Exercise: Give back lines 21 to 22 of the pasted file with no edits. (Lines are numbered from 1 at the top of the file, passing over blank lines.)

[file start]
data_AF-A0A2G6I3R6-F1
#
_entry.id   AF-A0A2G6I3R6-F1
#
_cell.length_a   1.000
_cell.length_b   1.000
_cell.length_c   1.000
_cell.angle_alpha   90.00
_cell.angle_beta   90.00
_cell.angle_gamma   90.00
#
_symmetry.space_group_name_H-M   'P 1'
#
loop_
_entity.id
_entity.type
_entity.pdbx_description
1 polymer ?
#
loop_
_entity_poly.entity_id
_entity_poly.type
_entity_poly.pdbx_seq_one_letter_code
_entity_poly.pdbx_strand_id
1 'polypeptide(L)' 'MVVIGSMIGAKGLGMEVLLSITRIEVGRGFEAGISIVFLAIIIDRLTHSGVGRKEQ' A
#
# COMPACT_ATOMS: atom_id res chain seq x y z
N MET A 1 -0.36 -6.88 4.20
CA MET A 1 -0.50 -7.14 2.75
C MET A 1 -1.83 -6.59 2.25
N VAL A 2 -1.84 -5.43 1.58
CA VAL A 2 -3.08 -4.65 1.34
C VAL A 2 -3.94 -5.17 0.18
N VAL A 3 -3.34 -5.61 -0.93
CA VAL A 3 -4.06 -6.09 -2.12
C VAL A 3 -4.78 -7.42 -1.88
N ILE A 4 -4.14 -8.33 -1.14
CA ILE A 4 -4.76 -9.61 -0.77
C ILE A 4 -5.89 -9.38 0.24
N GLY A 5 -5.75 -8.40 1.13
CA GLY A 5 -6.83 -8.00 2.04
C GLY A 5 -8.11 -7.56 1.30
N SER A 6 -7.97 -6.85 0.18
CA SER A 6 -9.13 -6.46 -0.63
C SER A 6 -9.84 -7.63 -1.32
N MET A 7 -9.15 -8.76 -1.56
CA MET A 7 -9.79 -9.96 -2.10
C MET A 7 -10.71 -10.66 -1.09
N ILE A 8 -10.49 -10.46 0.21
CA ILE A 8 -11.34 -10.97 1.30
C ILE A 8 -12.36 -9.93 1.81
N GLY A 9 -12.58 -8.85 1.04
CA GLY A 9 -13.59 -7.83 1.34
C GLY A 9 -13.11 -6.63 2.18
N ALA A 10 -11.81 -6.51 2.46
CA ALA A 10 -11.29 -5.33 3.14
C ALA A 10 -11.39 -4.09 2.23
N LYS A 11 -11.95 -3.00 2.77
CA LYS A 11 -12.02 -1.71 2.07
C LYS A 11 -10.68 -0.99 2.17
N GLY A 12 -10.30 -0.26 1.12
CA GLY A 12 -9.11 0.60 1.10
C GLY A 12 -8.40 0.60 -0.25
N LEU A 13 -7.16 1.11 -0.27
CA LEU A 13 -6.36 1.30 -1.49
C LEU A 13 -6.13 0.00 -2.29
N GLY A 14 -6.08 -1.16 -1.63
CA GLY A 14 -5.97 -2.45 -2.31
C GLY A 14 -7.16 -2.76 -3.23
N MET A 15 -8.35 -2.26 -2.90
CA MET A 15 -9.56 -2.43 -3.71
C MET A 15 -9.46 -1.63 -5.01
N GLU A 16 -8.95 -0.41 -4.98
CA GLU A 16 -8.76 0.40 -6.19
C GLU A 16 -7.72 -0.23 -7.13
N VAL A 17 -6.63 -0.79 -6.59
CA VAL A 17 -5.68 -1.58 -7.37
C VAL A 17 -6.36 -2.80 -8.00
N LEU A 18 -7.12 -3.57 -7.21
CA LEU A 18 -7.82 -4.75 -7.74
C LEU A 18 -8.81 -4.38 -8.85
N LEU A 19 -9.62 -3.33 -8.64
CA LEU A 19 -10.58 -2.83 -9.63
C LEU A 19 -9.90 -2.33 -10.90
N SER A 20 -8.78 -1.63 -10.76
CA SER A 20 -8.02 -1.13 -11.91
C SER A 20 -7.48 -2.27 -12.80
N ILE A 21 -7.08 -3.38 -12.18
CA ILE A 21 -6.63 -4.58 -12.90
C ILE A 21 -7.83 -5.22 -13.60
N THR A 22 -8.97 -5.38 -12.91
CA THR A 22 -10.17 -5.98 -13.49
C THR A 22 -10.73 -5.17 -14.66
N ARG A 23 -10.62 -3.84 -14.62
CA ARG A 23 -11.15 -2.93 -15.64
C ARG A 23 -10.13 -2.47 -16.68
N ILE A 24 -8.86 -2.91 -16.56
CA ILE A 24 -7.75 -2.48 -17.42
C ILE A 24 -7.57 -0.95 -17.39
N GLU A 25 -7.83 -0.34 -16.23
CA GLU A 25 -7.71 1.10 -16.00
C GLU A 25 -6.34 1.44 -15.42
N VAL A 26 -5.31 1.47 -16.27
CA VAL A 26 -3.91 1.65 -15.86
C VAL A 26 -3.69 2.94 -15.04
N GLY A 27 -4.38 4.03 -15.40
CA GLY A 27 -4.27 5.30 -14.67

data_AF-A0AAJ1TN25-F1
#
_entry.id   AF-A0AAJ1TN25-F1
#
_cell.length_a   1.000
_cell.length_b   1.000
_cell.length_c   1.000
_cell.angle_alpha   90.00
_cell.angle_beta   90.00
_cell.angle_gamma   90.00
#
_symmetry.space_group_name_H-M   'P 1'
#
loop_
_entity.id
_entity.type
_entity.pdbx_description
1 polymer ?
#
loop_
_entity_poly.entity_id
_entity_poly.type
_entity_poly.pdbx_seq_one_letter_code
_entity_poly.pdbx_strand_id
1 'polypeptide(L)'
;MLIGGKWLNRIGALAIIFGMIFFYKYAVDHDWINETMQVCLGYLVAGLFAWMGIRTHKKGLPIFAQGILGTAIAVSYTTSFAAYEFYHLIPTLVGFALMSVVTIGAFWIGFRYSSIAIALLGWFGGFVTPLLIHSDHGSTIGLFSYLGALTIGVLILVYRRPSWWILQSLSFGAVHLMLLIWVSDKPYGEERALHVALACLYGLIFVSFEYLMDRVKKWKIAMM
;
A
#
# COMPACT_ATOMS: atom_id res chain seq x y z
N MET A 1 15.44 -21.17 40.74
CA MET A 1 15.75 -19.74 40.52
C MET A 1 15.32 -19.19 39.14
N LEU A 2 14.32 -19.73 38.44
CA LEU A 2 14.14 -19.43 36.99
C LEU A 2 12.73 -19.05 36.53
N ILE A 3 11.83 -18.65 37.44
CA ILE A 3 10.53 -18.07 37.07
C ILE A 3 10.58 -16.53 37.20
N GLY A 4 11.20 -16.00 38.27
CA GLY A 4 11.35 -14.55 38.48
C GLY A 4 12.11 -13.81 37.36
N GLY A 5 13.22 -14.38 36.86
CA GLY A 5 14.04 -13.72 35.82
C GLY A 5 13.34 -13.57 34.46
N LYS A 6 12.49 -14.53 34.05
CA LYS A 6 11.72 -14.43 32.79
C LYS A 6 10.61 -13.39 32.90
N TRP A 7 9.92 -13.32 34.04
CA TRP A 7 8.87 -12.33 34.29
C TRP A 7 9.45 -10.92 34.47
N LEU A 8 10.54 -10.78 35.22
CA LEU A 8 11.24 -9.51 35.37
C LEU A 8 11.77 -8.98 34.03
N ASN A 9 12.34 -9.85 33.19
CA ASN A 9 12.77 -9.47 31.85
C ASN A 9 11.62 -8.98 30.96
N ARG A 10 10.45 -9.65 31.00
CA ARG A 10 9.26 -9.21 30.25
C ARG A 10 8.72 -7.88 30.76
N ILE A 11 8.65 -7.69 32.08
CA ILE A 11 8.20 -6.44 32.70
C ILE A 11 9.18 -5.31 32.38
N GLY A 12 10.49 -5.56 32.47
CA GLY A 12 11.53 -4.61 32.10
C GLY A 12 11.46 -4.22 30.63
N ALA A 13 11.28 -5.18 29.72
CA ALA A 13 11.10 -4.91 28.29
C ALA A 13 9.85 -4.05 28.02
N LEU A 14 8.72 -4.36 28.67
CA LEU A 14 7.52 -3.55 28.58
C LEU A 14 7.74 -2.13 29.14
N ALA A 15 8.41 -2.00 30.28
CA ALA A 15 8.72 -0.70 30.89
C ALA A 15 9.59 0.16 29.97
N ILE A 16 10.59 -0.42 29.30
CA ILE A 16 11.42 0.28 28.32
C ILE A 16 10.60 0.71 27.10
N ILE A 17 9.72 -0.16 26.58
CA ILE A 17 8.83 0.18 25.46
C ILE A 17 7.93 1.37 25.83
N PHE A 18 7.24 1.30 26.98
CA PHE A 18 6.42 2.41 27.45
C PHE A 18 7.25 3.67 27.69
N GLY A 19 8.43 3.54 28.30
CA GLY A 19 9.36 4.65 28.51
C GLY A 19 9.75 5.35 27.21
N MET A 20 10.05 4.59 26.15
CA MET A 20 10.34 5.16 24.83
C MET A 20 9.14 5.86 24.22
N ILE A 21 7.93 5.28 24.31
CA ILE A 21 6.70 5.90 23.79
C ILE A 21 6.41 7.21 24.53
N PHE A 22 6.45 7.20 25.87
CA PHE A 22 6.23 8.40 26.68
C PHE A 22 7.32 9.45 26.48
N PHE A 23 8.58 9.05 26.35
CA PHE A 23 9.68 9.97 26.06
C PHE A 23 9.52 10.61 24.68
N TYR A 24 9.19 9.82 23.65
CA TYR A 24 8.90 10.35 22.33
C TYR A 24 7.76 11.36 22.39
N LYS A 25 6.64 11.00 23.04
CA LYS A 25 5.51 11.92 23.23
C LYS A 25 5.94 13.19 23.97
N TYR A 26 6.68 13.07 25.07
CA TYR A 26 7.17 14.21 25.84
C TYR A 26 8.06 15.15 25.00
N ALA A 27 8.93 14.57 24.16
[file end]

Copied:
_entity_poly.entity_id
_entity_poly.type